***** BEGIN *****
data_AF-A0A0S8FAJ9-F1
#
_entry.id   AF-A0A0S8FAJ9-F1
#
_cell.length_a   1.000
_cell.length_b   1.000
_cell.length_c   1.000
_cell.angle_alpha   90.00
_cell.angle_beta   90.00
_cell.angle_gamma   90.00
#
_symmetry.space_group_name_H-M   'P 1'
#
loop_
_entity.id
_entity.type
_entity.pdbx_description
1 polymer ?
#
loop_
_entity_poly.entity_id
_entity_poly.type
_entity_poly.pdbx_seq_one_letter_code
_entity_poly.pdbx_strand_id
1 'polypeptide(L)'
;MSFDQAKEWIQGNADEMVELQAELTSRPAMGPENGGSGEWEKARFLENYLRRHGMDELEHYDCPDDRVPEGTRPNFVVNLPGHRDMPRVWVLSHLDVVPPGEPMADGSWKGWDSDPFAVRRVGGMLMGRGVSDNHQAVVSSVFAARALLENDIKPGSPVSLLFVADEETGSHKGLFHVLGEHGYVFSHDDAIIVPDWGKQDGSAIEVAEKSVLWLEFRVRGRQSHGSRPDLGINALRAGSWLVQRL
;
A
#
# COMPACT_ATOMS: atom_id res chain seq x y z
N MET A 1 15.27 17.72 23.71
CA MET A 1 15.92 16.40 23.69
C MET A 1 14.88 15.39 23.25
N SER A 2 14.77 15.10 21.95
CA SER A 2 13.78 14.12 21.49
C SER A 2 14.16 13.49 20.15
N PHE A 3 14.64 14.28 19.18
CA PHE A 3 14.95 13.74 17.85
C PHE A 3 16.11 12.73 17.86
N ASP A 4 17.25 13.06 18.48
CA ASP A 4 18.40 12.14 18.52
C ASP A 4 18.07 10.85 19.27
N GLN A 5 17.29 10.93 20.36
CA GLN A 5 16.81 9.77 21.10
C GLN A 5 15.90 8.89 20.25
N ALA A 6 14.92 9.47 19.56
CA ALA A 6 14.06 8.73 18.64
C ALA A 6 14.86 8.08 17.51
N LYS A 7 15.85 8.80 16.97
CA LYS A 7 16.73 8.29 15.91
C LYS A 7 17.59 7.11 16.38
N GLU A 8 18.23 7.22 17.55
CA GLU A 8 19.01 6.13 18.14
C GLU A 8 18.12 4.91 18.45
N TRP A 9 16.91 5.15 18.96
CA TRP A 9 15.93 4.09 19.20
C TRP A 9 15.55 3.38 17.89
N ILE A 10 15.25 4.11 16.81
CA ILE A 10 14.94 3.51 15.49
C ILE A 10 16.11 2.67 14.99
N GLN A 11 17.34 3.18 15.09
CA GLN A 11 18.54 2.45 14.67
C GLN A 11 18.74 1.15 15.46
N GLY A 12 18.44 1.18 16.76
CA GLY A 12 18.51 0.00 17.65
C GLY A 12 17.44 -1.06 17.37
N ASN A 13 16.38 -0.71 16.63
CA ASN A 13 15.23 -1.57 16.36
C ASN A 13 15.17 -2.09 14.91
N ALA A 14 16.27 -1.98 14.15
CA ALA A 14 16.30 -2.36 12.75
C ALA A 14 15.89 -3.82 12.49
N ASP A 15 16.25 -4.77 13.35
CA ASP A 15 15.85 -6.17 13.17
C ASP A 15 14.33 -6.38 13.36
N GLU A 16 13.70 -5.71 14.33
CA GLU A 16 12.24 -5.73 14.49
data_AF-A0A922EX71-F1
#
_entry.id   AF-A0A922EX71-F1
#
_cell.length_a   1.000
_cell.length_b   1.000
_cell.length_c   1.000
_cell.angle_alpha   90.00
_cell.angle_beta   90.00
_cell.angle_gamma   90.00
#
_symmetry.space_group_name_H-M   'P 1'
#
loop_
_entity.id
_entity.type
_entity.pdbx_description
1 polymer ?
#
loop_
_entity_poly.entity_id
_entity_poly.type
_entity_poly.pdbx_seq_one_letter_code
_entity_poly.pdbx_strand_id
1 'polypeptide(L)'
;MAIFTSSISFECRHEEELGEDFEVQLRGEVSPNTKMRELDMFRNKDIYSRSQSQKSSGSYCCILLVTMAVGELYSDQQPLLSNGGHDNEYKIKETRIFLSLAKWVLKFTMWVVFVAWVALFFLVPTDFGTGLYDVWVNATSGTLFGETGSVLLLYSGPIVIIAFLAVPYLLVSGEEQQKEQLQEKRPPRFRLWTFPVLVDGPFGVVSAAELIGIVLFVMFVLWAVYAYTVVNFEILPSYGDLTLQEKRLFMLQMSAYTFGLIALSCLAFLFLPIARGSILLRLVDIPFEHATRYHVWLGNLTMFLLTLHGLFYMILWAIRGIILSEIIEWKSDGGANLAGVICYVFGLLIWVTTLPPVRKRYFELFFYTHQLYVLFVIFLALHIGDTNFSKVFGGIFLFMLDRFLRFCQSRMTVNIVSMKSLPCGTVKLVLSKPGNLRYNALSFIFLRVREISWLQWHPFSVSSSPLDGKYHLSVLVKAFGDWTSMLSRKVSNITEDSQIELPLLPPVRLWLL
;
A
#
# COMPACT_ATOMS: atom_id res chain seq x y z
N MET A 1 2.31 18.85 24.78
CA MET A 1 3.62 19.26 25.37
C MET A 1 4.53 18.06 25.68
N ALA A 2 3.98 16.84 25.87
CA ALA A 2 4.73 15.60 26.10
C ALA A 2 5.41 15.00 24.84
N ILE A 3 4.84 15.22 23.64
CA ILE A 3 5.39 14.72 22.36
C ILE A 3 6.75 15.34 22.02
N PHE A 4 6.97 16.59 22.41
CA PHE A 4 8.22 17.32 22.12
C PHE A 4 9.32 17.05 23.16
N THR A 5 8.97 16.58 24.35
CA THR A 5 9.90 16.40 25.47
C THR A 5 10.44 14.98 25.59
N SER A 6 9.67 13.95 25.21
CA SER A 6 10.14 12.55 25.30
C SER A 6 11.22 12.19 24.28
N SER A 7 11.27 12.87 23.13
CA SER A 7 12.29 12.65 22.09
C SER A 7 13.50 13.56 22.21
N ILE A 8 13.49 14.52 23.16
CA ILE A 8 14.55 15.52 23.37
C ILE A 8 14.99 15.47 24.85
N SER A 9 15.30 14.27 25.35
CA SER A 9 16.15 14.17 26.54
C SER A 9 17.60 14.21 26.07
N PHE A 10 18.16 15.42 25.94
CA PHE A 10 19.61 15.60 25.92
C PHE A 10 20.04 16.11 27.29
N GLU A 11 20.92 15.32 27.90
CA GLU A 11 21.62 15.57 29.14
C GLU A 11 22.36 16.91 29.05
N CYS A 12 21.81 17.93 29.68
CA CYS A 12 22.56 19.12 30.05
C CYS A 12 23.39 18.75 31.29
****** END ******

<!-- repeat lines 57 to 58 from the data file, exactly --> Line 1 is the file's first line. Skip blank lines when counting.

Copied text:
C TRP A 9 15.55 3.38 17.89
N ILE A 10 15.25 4.11 16.81